Winona LaDuke explains many harmful aspects of climate change in this book and discusses several actions that need to be taken to work against them. One of LaDuke’s overarching points about combatting climate change is the need for the inclusion of indigenous perspectives when it comes to protecting and preserving land. For example, she discusses the importance of listening to indigenous people’s opposition to the construction of oil pipelines. She argues that instead of these destructive pipelines, oil companies should instead invest in sustainable energy that is not so destructive to the earth and the air.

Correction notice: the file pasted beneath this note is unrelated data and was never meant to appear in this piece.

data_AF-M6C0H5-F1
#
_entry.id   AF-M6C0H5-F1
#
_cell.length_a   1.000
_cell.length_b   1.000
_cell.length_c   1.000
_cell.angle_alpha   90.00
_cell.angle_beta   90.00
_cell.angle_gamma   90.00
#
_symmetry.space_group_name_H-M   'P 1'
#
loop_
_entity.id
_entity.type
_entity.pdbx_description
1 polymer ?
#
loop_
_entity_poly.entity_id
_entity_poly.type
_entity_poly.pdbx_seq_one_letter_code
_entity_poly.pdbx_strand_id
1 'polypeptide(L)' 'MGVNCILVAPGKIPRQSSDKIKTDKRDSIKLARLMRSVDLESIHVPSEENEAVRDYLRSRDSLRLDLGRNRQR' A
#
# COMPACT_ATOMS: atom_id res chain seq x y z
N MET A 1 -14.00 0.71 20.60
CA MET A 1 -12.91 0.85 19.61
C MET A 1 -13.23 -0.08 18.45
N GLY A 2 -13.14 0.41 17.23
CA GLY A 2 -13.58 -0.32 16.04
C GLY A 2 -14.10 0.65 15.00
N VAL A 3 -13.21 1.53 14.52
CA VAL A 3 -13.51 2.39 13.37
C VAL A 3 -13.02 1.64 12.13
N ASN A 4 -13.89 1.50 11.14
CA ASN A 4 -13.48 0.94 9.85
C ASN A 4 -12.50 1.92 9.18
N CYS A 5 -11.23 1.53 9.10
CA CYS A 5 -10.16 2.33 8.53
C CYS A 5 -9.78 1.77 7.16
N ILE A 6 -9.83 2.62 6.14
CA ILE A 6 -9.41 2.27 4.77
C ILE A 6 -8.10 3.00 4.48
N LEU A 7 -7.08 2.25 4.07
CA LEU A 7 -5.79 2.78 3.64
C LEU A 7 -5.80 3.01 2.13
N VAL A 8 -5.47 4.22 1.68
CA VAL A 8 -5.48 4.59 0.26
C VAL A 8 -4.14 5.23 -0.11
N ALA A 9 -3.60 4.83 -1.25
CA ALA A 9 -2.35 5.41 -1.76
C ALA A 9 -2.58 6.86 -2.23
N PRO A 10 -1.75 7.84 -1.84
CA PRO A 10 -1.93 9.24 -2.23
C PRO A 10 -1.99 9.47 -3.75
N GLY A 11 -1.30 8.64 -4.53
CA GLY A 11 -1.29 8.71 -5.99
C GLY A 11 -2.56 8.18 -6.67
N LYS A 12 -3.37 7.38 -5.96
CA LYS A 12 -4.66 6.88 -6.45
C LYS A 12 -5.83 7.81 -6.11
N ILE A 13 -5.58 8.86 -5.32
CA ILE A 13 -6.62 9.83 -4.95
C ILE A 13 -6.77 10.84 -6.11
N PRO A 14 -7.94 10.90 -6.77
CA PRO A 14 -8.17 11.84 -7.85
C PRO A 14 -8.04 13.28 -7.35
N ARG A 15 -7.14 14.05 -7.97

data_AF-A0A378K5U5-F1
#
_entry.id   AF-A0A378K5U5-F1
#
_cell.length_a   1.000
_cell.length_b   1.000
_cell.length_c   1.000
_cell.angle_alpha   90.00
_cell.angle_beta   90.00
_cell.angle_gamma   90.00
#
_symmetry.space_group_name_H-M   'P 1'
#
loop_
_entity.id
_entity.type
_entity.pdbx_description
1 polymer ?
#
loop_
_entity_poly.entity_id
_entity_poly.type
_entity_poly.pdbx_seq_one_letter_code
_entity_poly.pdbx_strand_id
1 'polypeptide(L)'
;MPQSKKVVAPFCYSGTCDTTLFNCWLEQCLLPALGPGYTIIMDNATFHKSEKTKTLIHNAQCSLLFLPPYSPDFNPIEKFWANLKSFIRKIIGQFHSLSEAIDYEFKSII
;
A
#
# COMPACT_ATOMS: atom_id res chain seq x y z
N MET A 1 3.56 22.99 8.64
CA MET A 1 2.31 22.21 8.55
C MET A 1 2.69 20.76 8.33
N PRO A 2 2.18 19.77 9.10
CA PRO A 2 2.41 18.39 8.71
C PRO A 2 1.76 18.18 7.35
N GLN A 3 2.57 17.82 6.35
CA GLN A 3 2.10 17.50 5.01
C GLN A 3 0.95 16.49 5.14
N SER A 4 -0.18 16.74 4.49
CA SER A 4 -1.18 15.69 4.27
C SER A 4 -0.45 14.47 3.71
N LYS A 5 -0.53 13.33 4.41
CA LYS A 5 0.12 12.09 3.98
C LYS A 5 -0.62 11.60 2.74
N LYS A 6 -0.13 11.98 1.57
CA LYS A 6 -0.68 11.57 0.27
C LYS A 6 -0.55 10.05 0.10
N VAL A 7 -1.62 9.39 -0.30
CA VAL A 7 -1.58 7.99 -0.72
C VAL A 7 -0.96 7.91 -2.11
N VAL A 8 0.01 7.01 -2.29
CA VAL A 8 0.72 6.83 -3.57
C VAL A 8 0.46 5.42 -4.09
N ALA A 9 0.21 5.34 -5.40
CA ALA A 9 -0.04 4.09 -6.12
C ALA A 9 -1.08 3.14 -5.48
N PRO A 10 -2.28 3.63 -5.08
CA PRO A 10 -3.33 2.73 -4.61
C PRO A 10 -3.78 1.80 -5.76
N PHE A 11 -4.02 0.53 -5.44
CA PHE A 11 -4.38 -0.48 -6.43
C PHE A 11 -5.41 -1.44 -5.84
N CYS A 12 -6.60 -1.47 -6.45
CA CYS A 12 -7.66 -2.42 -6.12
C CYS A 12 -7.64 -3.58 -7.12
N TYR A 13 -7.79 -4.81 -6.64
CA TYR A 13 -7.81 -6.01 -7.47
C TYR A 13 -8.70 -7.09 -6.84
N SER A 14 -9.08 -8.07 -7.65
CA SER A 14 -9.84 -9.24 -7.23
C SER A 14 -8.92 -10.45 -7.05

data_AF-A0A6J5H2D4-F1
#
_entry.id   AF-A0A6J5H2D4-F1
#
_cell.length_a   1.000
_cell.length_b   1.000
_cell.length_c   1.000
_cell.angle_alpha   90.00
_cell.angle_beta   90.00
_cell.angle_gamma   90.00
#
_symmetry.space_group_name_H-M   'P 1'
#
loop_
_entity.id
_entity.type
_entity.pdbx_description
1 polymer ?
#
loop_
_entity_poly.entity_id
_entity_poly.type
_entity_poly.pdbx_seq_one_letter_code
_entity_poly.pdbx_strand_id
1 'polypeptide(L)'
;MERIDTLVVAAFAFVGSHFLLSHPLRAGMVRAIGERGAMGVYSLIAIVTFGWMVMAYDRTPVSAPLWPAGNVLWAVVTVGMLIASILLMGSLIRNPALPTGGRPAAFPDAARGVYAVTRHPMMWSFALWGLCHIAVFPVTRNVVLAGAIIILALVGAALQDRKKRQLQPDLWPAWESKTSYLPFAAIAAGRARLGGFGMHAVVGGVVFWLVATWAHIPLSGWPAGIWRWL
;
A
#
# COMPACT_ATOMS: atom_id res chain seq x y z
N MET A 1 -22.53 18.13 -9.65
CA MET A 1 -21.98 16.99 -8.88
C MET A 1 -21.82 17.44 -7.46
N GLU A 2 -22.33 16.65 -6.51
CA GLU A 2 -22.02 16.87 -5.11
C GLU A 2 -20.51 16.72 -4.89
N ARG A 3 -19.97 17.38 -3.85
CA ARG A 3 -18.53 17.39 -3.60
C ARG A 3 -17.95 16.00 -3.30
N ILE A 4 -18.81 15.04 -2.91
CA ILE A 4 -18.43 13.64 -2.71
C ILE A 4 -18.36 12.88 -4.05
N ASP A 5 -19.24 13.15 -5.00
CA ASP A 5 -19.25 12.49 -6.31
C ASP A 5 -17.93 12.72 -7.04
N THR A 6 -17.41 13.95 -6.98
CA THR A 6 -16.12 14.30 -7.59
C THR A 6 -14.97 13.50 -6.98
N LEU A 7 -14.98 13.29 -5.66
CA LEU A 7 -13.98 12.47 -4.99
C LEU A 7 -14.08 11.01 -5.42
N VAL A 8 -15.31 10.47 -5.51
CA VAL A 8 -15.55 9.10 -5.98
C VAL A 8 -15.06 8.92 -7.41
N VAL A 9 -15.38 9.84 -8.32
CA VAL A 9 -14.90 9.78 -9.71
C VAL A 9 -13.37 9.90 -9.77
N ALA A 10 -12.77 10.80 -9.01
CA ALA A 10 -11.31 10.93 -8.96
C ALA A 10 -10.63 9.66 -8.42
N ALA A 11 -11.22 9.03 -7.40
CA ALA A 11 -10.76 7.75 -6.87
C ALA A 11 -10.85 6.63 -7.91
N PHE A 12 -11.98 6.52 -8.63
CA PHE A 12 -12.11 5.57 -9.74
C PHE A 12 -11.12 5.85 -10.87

LaDuke also underlines how indigenous people’s models of agricultural production are much more sustainable than traditional mass agriculture in the United States. She underscores the importance of organic products and points out how pursuing indigenous agriculture instead of the current corporate agricultural models is a key action to resisting climate change. Consider how corporate agriculture contributes to the excessive production of destructive methane gas and pollutes land and water systems around the world. Switching to small-scale methods of cultivating crops is an important way to slow the harm caused by greenhouse gas emissions, and LaDuke emphasizes how consulting indigenous populations is a great way to make this critical switch.